Schuld (“Guiltiness”) is the third exhibition, at the In Situ – Fabienne Leclerc gallery, by Martin Dammann. This Berlin-based artist, born there in 1965, is presenting original or recent works: watercolors on Masonite and paper and photographic installations.
For 20 years, Martin Dammann has gleaned photos of the two world wars taken by German, French, English and American soldiers during their leisure activities or time spent with their family while on leave. This war photography is the starting point for an aesthetic recycling that the artist applies to different supports, whether large-scale watercolors, drawings, photographic works, videos, rubbings or installations.
Reworking these found images into a “post-photograph,” in the line as conceptual as it is plastic of a Gerhard Richter, Martin Damman circumvents the nature of these dark periods to concentrate on their activities on the sidelines of the war, comprehending the singular of course but never exceptional event of life lived.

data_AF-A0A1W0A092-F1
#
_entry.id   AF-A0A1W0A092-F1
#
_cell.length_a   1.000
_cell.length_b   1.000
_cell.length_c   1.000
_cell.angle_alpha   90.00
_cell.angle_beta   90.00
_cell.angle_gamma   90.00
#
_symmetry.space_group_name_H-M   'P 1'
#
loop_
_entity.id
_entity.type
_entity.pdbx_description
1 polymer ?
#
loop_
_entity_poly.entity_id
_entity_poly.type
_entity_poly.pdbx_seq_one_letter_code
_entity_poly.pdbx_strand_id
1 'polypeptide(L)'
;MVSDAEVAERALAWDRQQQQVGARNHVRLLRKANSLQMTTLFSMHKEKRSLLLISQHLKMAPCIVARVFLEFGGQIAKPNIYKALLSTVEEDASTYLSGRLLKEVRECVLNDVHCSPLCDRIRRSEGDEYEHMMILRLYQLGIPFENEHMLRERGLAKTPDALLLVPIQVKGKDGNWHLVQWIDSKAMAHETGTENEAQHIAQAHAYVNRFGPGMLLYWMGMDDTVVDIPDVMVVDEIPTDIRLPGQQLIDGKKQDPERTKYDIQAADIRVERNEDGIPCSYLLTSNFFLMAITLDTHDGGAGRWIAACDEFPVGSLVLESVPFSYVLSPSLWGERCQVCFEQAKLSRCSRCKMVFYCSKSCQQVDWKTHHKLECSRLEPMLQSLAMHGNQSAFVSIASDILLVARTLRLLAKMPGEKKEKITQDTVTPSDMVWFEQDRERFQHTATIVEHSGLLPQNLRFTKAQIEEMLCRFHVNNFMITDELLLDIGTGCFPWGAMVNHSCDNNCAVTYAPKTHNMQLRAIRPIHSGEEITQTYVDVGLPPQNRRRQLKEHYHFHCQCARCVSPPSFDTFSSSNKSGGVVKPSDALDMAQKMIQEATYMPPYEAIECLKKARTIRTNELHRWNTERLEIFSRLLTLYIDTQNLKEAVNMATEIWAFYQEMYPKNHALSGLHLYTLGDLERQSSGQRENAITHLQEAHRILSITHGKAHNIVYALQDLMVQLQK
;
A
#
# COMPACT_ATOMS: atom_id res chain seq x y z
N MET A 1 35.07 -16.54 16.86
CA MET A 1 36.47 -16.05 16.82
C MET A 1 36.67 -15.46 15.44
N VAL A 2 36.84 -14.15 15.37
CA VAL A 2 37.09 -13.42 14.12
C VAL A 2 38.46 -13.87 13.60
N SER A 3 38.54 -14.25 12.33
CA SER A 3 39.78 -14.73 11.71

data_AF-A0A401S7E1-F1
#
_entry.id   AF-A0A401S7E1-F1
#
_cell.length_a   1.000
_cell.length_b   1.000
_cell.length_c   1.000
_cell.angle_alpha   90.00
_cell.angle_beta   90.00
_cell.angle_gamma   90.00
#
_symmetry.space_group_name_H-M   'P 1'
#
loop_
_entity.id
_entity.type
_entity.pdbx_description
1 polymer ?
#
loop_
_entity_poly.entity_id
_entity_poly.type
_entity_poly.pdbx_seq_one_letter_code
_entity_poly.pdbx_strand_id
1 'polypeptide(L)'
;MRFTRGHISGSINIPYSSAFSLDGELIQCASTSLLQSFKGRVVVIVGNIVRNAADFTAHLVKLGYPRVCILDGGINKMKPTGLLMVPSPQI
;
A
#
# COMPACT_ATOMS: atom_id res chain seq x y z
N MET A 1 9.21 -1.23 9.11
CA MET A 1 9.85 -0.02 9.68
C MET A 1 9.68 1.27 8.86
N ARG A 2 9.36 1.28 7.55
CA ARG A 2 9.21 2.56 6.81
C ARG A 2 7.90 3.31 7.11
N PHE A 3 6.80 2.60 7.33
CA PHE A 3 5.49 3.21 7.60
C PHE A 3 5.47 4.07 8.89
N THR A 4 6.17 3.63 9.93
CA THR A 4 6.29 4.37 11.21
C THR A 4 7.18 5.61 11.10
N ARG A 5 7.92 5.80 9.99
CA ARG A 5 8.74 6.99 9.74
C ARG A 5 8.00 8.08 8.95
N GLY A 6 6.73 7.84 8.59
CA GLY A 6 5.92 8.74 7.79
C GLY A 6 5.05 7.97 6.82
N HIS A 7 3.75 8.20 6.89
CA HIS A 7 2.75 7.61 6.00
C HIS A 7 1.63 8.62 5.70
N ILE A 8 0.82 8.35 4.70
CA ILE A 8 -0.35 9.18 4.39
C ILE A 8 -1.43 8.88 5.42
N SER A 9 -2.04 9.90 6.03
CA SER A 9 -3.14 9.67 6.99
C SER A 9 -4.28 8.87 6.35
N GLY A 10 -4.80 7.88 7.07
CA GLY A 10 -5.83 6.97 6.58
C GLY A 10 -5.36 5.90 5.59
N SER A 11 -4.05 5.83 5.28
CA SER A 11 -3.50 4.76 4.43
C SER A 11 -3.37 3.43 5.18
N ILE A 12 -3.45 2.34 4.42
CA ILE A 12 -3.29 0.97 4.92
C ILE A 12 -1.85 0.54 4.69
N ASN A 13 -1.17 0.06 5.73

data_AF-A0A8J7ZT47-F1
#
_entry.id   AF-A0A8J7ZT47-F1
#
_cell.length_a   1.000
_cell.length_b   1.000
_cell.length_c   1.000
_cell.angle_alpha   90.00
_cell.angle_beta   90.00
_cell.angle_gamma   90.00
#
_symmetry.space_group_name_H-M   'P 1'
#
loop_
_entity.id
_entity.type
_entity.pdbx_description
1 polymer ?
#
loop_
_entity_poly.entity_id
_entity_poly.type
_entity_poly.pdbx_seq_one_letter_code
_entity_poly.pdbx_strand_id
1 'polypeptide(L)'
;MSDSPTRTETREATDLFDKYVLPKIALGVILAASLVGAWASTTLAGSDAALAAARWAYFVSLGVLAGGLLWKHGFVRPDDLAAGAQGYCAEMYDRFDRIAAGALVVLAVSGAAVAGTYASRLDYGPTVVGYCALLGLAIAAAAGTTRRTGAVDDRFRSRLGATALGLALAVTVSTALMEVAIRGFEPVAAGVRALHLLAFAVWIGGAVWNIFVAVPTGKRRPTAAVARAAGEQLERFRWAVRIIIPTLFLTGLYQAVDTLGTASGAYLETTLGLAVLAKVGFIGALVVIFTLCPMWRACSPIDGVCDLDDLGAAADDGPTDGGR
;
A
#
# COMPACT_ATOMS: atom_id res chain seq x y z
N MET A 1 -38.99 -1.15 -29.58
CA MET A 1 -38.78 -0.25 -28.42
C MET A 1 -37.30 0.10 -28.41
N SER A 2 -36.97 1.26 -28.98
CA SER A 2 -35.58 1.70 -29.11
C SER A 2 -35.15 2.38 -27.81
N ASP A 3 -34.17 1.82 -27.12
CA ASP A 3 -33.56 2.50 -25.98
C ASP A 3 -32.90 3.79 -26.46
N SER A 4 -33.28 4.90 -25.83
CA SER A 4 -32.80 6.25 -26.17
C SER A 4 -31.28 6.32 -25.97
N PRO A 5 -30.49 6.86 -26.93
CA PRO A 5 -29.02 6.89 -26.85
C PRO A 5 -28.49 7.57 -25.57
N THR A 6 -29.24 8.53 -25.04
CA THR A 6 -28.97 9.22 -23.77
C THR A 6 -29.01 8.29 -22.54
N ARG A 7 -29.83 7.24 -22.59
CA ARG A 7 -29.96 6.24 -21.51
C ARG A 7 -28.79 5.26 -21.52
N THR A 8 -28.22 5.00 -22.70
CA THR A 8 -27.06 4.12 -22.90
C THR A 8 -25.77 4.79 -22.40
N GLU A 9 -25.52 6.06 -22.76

Martin Dammann’s pictorial universe is of a finely calculated ambiguity. What do these images show ? To all appearances, nothing violently direct. The painting oscillates between figuration and dissolving and the watercolor, applied on Masonite, a nonabsorbent surface, is dissolved in it in a magnetic puddle effect… Here, in a composition that approaches abstraction, we can just about make out a man falling backward into the water, there, a woman in front of a car, an Asian woman sitting on the knees of an American GI, a woman lying down in the middle of a pasture. The idea of guiltiness that brings together these images and unifies their subject is not declarative. It is deduced, while we apply a “pensive look” (Régis Durand) to these images, from the ambivalent atmosphere that emanates from things seen subliminally.
Martin Dammann generates an art comprised of combined introspection and pleasure. He plays as an expert in visual manipulation with the often contradictory relationship the images have with the real. His creations sweep and revive the archive to better stir up the dead matter in it.